The Default Scene Explained

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When you open Terragen, you will immediately see a terrain with a simple mountain in front of you and a flat area closer to the camera. This is the Default Scene. It is intended to give you a starting point for working in Terragen and to show you a basic example of what a Terragen scene looks like. Although it is a simple scene, there are some techniques used in its construction that may not be immediately intuitive. Below we'll explain in brief how this scene is setup.

You may find it helpful to switch to the Layout that corresponds to the part of the scene you are looking at as you read the below explanations. To do this, click on the respective Layout button at the top of the interface, e.g. Objects, Terrain, Shaders, etc. These are customized views that show you nodes and controls specific to the part of the scene you are editing.


The camera in the Default Scene is positioned in a flattened area of the terrain (which we'll look at in the next section) and is 10 meters off the ground. It is facing a mountain and is -30 meters from the coordinate origin along the Z axis. If you switch to a Top View camera, it will appear that nothing is visible as everything is gray, but this is simply because the terrain around the camera is flattened. If you move the camera upward or zoom out from the Top View starting point, you will see the rest of the terrain come into view (see the Navigation Panel and Terragen Input Settings Reference for details on camera movement).

Camera nodes must be connected to Render nodes in Terragen for them to render correctly. You can, however, have independent Camera nodes which can be viewed-through but do not render, if they are not connected to a Render node.


The terrain setup is the most complex part of the Default Scene. It is best to look at this in the node network window to clearly understand it, but the node list can also be used.

When you first load Terragen with the Default Scene, you should be in the Terrain Layout. In the node network window on the right you should see an overview of the shading (node) network. Shading data flows from the top to the bottom of the network (though it is computed in reverse order, which is explained in more detail elsewhere). The primary terrain and shader network data flows through the "Main input" of each shader node, and each successive node (further down in the network) builds or operates on the input of the previous node above it.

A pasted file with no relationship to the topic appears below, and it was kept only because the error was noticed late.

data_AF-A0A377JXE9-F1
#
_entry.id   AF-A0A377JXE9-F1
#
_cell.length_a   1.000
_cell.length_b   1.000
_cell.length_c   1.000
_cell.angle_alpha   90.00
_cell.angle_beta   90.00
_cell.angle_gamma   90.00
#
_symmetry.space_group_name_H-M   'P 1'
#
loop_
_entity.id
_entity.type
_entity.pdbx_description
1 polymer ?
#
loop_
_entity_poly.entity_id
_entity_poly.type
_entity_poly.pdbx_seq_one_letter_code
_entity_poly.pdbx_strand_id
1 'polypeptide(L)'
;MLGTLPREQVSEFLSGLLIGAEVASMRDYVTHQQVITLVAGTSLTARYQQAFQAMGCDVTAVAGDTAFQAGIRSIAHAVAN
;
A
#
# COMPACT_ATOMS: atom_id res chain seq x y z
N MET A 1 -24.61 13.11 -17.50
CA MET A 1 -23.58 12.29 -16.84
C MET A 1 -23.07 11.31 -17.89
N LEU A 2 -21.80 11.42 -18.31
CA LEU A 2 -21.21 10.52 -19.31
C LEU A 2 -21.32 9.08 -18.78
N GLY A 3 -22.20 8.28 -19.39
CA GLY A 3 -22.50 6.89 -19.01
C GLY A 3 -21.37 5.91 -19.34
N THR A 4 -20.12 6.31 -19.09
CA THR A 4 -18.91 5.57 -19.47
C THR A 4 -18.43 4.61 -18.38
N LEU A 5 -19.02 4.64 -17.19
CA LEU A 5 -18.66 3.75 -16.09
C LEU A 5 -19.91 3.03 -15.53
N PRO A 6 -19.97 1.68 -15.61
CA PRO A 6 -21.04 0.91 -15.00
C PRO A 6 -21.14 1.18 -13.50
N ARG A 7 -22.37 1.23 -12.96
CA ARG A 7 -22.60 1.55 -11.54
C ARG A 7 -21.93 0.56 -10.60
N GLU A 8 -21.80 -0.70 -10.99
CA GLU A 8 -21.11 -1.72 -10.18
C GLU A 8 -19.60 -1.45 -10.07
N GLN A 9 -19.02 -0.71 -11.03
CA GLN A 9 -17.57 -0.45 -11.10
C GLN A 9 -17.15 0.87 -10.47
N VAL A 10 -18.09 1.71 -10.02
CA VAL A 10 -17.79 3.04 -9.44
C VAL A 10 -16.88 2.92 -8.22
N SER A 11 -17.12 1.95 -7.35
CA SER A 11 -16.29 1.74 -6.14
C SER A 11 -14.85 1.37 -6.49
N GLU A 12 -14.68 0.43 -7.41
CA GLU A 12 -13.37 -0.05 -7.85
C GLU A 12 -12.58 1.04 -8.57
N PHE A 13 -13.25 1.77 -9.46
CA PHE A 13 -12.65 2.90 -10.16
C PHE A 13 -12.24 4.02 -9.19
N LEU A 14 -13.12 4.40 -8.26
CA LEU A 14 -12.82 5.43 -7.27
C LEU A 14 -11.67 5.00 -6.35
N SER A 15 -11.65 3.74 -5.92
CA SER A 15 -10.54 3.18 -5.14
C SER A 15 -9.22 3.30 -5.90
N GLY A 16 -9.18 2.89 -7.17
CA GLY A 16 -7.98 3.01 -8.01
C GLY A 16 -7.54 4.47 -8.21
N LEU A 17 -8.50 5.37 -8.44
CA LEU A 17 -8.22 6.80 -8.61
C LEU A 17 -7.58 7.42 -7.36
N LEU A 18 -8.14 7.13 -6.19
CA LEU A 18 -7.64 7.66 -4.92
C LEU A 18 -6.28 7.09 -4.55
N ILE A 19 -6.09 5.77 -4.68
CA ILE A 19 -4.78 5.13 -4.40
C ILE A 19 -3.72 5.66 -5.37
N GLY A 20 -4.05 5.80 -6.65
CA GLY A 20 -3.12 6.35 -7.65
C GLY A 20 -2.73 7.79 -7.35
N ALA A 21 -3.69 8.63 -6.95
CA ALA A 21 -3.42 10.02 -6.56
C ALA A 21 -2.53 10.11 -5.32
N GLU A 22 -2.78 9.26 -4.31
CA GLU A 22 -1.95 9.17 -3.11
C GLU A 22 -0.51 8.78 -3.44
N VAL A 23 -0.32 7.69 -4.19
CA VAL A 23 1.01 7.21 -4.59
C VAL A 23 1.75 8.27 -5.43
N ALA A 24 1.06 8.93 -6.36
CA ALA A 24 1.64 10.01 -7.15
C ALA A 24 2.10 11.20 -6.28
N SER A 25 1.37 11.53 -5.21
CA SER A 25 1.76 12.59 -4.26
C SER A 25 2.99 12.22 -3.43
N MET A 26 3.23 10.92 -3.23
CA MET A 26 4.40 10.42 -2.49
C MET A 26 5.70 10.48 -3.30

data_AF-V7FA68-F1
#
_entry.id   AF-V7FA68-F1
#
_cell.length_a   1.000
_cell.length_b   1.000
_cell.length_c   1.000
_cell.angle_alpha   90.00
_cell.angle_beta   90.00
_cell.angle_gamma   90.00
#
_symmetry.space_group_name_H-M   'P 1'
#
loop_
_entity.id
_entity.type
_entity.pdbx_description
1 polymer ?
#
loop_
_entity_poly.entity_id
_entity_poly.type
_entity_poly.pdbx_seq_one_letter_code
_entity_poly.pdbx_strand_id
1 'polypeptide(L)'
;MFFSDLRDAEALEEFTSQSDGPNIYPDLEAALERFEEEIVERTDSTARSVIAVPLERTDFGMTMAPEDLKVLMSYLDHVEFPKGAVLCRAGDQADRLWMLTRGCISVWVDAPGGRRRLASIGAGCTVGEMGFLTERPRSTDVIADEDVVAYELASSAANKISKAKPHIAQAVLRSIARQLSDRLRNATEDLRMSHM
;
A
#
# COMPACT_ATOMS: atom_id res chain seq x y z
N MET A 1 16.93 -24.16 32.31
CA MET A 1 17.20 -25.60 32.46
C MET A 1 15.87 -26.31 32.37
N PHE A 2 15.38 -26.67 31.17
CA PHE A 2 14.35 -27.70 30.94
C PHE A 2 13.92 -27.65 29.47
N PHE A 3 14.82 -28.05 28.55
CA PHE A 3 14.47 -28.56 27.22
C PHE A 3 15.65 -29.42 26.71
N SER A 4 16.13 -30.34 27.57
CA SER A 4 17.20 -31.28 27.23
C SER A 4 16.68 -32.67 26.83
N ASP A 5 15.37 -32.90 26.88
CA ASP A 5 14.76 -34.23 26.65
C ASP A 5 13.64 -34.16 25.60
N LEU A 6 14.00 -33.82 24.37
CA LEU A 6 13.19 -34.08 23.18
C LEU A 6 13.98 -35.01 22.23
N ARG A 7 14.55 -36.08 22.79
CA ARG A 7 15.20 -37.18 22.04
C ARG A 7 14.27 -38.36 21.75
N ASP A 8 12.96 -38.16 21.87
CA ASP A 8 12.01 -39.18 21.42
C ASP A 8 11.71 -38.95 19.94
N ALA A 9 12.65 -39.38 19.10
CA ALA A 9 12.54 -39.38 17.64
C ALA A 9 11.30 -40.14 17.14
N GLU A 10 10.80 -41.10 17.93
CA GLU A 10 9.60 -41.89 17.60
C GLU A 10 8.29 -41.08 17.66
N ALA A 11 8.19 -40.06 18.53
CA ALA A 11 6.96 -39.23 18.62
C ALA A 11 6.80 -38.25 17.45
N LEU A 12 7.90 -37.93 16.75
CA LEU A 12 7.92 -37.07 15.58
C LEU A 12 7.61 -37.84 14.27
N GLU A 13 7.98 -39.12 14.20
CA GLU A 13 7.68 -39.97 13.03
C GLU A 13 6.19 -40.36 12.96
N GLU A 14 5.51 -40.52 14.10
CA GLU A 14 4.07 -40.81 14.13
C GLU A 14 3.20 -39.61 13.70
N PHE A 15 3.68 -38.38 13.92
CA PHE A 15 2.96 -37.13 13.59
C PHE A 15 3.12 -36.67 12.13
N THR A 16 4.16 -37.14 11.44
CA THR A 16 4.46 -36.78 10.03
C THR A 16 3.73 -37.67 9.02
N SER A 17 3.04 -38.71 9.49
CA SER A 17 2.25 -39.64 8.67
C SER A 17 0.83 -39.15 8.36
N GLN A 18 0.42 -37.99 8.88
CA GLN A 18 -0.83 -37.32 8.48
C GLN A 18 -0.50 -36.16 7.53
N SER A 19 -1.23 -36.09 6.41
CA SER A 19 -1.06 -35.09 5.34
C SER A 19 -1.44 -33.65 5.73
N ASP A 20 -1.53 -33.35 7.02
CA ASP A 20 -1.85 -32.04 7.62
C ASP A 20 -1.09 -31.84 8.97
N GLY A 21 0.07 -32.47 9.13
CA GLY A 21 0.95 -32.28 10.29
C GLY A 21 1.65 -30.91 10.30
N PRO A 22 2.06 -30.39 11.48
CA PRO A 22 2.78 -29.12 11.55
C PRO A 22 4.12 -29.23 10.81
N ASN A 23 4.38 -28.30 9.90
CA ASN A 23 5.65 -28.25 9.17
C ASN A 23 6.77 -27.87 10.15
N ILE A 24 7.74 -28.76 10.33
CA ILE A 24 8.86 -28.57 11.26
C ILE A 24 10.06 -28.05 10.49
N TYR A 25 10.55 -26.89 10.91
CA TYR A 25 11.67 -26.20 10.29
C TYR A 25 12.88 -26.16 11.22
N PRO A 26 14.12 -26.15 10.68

Zoom in on the Terrain group (controls in the node network are similar to camera movement controls) and you should see four nodes inside the Terrain group. "Simple shape shader 01" is connected to the Mask Shader input of "Fractal terrain 01", and "Fractal terrain 01" is connected to the Main Input of "Fractal warp shader 01", which then connects to the Main Input of "Compute Terrain" node.

If you're using the node list view, you'll see "Fractal terrain 01" and below it "Fractal warp shader 01". There is a + next to "Fractal terrain 01", which will expand to show "child" or subordinate nodes if you click it. In this case you should see the "Simple shape shader 01". Now you can hopefully start to get an idea of how the connections in the node network correspond to their representation in the node list.

The "Fractal terrain 01" node is creating the basic terrain shape. The node type is Power Fractal Shader v3, which is a flexible fractal noise generator used for a wide range of purposes in Terragen. In this case it is creating displacement at multiple levels of scale to create mountains, valleys, etc. As previously mentioned, it has the "Simple shape shader 01" as its Mask Shader input, which should restrict the influence of the "Fractal terrain 01" node to the area defined by the input shader. The output of the "Fractal terrain 01" goes into the next few shaders and ultimately connects to the Planet node's "Surface shader" input, so the displacement is applied to the surface of the planet via that connection.

The Simple Shape Shader outputs color and/or displacement data representing various basic shapes such as a circle, rectangle, or polygon. If you click on it in the node list or double-click in the node network window you can view the node's settings. In this case you can see it is set to output a circle/ellipse that is 10,000 meters (10km) in each dimension (a perfect circle, rather than an ellipse). This circle is positioned at the 0,0,0 coordinate origin, very close to the default camera position.

From what we know so far, what we should be seeing is a 10km circular area of terrain, but instead we have a flat area surrounded by mountains. Open the settings of the "Fractal terrain 01" node and you'll see why. At the bottom of the node's settings you'll see the Masking controls. Mask By Shader is enabled, but note that Invert Mask is also checked: rather than creating a 10km circle of terrain, we are actually getting a 10km area where "Fractal terrain 01" is masked out and thus does not affect the flat planet surface with displacement. As a result we get a 10km area of flat, undisplaced terrain, while everywhere outside of this area is affected by the "Fractal terrain 01" displacement and thus we get mountains and valleys beyond the area of the Simple Shape Shader. This is the key insight to understand the Default Scene.